So what is wrong with a retractable awning that would take nothing away from the heritage facade because the ground level is only modern huge glass anyway. Awnings create a sense of ambiance as we see in Melbourne and European cities, so why not give the young operators support and help make their business a success by saying yes to an awning, instead of forcing them to put market umbrellas out to create shade for their customers. Common sense and flexibility is all that is needed.
Another year is gone and with more life behind than ahead of me I want to reflect on what has been the incredible journey of a shy young man born behind the tobacconist shop of my parents in a working class suburb in Hague, Netherlands.
It was a big step at 19 to move to Nuremberg in South Germany, but I had been offered a job that would make my hobby into my profession and so I became a press photographer at the Abendzeitung. What a great move it turned out to be and what a fantastic career choice. I have never regretted it.
I helped out when the local DPA (German Press Agency) photographer was on assignments or holidays and my photos were wired all over the world and appeared in all major German magazine. How proud was I to get a double spread in Stern magazine. It only happened once but it was very special and I got good money for it.
I followed the Bundesliga soccer competition and drove many long hours most weekends to places like Hamburg, Berlin, Frankfurt to capture the games of FC Nuremberg.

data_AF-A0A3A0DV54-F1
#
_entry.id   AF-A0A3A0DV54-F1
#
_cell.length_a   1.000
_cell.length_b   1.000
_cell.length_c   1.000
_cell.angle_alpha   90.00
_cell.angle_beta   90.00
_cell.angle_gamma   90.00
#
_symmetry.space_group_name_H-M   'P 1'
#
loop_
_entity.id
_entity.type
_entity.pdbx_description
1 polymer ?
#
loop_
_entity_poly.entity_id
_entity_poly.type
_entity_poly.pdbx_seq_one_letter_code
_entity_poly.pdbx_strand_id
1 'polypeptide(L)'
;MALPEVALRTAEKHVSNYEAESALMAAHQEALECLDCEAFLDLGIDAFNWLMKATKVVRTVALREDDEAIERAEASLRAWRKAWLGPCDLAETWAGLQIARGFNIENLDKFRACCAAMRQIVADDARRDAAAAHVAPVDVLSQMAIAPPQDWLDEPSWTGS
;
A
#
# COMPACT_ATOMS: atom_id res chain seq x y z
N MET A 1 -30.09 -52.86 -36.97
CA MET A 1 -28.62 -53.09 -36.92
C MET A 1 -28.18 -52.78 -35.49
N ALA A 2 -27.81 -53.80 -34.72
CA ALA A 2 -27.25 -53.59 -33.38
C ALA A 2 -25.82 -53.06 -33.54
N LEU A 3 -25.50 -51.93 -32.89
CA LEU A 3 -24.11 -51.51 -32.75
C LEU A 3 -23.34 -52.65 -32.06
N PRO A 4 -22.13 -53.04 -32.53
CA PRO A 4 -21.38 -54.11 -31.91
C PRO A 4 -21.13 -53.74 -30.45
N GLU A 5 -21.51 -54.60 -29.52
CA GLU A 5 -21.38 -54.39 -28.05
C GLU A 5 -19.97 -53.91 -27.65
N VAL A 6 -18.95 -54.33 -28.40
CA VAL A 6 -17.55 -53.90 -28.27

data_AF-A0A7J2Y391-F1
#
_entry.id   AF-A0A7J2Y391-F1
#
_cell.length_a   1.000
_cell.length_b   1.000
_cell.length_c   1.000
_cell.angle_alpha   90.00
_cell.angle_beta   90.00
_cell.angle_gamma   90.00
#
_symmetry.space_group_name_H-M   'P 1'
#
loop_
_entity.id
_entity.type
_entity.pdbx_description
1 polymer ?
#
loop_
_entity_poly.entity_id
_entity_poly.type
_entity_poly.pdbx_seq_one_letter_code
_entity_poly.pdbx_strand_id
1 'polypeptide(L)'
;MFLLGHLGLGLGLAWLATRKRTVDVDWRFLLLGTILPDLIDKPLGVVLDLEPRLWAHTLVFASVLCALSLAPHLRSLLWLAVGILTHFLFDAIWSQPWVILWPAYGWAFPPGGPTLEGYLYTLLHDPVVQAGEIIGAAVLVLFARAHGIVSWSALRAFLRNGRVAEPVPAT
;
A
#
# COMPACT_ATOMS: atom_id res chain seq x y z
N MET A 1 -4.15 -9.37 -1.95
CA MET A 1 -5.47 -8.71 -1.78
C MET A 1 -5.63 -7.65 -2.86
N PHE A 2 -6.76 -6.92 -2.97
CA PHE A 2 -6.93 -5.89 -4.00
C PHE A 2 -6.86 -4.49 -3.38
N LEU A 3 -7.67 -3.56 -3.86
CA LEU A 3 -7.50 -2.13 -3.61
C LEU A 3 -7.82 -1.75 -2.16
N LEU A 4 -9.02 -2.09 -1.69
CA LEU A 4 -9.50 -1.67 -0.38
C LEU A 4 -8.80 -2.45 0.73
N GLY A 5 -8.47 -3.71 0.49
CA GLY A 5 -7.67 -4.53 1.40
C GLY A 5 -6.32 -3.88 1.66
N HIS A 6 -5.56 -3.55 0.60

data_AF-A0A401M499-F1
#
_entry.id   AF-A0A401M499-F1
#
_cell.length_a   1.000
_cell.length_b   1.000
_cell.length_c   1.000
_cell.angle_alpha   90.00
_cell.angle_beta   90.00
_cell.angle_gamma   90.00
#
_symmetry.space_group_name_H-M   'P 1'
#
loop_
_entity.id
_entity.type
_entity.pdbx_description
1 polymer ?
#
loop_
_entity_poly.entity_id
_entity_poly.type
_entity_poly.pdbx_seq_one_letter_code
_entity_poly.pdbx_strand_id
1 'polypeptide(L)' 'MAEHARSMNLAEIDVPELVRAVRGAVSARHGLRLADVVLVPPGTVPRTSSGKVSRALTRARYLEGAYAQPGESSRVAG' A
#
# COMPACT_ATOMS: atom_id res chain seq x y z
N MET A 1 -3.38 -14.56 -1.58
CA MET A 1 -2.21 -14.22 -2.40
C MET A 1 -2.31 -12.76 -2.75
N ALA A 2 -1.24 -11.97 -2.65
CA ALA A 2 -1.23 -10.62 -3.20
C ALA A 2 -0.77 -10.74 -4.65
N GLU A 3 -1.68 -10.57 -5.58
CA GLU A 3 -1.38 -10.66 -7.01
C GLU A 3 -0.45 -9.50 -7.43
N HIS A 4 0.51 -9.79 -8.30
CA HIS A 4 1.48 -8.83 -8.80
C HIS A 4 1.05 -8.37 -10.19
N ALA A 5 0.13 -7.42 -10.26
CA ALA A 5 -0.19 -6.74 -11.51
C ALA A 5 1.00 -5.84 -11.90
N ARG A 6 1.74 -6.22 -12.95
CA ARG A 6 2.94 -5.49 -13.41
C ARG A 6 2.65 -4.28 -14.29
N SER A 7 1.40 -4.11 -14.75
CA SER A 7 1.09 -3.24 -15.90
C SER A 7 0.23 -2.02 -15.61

I photographed horrendous accidents, fires, murders, violent demonstrations, floods, etc. and will never forget the eerie mood when a aeroplane full of flowers crashed into a forest. In the middle of the night only lit by the lights of the emergency crews was the wreck of the plane surrounded by thousands of beautiful flowers. It was an amazing sight.
Taking photos of dress rehearsals of live theatre were assignments I loved and it taught me to learn to appreciate opera as well. Even now so many years later when I hear Cosi Fan Tuti do I remember that I took photos of it in the early 70s.
Thirteen years in this great and mad profession was enough and so I migrated to Sydney in March 1982 to find out Australia was in a recession and no one needed a photographer. Even the promised job to stand in as a shooter at the Sydney Morning Herald, while their photographers were at the Brisbane Commonwealth Games, came to nothing as they needed to save money.
So I ended up working as a kitchenhand, cook, waiter, and market researcher before deciding that I loved photography too much and started freelancing for builders, designers and the Housing Commission of NSW.
In late 1984 another move came and we moved to Perth, bought our first little brand new villa in Como and started Profile Photography. What a ride it has been!
The first job in the West was at Blina north of Derby for Canadian company Home Oil, the State Energy Commission liked my portfolio and so I became their photographer for many years. I shot assignments for architects, designers, advertising and PR agencies, property developers, the mining industry, tourism, etc.